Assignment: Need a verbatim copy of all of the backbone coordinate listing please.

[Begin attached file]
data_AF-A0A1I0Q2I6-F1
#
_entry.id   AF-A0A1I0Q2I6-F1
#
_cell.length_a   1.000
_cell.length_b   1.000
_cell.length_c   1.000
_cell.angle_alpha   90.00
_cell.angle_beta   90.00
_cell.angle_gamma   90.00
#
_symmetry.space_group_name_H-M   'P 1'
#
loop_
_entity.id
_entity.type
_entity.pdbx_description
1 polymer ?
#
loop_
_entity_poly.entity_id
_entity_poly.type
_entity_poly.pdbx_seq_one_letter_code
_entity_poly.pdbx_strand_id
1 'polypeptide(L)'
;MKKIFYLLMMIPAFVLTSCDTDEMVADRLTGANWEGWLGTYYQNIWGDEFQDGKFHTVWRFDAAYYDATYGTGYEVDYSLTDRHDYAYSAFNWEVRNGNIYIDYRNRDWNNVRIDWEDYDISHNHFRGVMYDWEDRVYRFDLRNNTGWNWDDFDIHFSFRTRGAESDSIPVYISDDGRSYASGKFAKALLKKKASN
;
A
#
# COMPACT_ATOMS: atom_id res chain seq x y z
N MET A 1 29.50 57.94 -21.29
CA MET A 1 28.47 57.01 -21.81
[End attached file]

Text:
data_AF-A0A1I0Q2I6-F1
#
_entry.id   AF-A0A1I0Q2I6-F1
#
_cell.length_a   1.000
_cell.length_b   1.000
_cell.length_c   1.000
_cell.angle_alpha   90.00
_cell.angle_beta   90.00
_cell.angle_gamma   90.00
#
_symmetry.space_group_name_H-M   'P 1'
#
loop_
_entity.id
_entity.type
_entity.pdbx_description
1 polymer ?
#
loop_
_entity_poly.entity_id
_entity_poly.type
_entity_poly.pdbx_seq_one_letter_code
_entity_poly.pdbx_strand_id
1 'polypeptide(L)'
;MKKIFYLLMMIPAFVLTSCDTDEMVADRLTGANWEGWLGTYYQNIWGDEFQDGKFHTVWRFDAAYYDATYGTGYEVDYSLTDRHDYAYSAFNWEVRNGNIYIDYRNRDWNNVRIDWEDYDISHNHFRGVMYDWEDRVYRFDLRNNTGWNWDDFDIHFSFRTRGAESDSIPVYISDDGRSYASGKFAKALLKKKASN
;
A
#
# COMPACT_ATOMS: atom_id res chain seq x y z
N MET A 1 29.50 57.94 -21.29
CA MET A 1 28.47 57.01 -21.81